Written by Shelley Plett Tuesday, 22 February 2011 17:05
“You taught me to be nice, so nice that now I am so full of niceness, I have no sense of right and wrong, no outrage, no passion.”—Garrison Keillor
I was reading a marketing blog after searching for something completely non-related to marketing blogs, because that’s how search engines work.
Since it was only seven paragraphs long and fate and Bing apparently thought I needed to read it, I did.
It was titled, “All things to all people,” and went on to explain why being “this” is unachievable. The author used a percentage that I’d heard somewhere before, the 80/20 rule: 80 percent of a businesses’ business comes from 20 percent of its customers.
I believe it and I think it crosses over to other things.
Elizabeth Gilbert is the author of a book called “Committed.” She’s written articles like a man for GQ magazine, such as “The Muse of the Coyote Ugly Saloon” and books like a woman such as “Committed” and “Eat Pray Love.”
She has recorded and encouraged the honest strings of profanity coming out of Hank Williams III for the sake of the story. She’s also been about as girly as she could, spending three months feasting on gelato and cappuccinos in lingerie she bought only for herself, also for the sake of her story.
A story about Coyote Ugly waitresses dancing on top of bars probably won’t pull in the same readers as a story about riding her bicycle in a sundress through the streets of Bali. And those same readers may not agree with her views on marriage, divorce and definitely not same-sex marriage, that she tackles in “Committed.”
Through the controversy, she knows exactly what she wants to say, exactly who her audience is and then caters that info specifically to them. She is passionate, knows what she believes in. And like a friend of mine said after we saw Gilbert on her “Committed” book tour recently, that passion is contagious whether or not you agree with her.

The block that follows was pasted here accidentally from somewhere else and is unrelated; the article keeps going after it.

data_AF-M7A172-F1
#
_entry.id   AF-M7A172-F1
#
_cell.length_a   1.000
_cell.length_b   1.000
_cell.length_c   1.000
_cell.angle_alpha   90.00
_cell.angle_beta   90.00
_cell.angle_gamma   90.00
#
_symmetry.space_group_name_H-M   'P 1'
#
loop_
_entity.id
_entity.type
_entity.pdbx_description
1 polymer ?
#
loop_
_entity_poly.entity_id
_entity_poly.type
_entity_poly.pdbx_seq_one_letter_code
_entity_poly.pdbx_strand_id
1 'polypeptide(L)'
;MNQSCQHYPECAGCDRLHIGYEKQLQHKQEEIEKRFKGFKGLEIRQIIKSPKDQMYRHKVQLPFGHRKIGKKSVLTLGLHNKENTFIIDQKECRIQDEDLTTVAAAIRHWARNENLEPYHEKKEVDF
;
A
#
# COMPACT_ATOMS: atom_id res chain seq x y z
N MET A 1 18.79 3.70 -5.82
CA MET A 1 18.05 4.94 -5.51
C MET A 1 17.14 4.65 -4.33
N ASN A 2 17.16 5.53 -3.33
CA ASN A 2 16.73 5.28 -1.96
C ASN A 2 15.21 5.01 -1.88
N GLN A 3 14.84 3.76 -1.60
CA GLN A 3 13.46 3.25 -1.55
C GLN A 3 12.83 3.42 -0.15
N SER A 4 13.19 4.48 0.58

Whether a person’s passion is spiritual, practical, occupational, legal or any otherwise is beside the point. It’s their confidence that earns your respect.
People like Gilbert spend less time, or maybe no time at all, worrying about what another person is doing or producing. If they did, how much would they actually accomplish? And how well-developed or believable would it be?
That marketing blog also said that marketers are “energetic folks who (truth be told) lean toward pleasing people.” That’s not exclusive to marketing people. We all do it, which is exactly why so many of us complain about having too much to do without enough time to do it in.
It makes me want to really chew on Liz Gilbert’s philosophy. Pick what you want to do or say and one person you want to do or say it for. The rest will have to go on the chopping block.
Then we can be left to do our thing in a way that doesn’t demean or belittle anyone else. On the flip side, it’s great to be nice, but not so nice we lose the passion. I think the successful ones—marketers, business owners, artists, telemarketers, or insert name here—remember their sense of right and wrong, consult with their outrage but still find a way to bloom from their passion.